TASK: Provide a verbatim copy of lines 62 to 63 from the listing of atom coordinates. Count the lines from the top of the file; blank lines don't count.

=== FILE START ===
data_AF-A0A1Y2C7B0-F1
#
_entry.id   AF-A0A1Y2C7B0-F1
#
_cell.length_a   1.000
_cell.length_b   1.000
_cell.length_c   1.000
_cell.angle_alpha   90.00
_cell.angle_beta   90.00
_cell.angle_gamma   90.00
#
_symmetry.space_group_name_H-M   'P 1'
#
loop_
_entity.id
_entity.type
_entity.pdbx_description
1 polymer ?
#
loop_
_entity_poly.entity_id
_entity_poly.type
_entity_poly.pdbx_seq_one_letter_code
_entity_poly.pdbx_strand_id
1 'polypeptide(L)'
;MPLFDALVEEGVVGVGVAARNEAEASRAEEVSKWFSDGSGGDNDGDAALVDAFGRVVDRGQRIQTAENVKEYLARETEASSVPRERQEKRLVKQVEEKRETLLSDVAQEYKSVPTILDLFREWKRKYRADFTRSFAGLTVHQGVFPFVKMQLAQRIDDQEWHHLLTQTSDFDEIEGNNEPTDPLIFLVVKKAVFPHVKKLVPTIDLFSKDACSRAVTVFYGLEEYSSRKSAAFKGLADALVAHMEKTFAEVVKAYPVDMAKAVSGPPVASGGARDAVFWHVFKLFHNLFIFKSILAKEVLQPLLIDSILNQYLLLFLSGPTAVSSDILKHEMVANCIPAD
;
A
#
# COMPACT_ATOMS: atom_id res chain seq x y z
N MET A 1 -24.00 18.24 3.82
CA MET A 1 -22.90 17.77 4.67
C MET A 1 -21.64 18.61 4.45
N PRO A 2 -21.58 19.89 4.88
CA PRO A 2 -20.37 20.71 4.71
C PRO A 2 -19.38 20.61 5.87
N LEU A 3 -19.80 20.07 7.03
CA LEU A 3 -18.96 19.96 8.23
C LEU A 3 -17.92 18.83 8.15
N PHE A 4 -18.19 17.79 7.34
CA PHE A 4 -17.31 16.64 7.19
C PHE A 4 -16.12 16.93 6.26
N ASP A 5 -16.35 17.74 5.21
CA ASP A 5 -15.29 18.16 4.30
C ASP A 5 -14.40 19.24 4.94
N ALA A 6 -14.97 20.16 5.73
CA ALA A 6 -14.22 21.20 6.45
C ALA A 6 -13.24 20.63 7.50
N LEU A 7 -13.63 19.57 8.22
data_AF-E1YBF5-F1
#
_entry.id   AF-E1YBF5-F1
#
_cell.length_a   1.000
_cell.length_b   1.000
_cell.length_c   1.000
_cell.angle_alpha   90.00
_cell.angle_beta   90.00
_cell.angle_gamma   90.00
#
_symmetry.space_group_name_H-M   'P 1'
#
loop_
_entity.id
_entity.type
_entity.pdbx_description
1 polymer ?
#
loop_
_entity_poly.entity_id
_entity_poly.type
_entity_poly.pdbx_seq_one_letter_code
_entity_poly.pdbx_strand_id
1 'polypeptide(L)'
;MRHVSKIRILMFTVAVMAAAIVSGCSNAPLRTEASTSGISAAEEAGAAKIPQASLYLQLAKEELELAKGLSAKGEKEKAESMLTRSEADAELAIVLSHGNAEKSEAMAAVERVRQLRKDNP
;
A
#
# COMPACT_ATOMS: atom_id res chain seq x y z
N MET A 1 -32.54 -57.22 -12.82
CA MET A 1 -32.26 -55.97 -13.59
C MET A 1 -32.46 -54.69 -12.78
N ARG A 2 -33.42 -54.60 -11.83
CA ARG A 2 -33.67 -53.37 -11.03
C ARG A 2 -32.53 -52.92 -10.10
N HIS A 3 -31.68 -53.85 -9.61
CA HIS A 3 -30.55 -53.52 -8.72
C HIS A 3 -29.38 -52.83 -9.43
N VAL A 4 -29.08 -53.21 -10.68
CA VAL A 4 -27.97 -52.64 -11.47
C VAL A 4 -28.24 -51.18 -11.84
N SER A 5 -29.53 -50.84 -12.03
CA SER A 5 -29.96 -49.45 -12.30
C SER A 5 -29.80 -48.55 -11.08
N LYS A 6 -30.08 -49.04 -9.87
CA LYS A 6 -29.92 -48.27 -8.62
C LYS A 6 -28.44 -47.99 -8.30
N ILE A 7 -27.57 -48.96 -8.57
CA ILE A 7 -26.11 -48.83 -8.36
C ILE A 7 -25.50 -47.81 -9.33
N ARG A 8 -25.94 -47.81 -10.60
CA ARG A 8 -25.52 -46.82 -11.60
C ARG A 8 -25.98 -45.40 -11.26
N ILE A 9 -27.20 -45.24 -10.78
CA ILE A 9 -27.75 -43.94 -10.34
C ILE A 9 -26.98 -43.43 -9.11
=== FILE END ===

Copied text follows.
#
loop_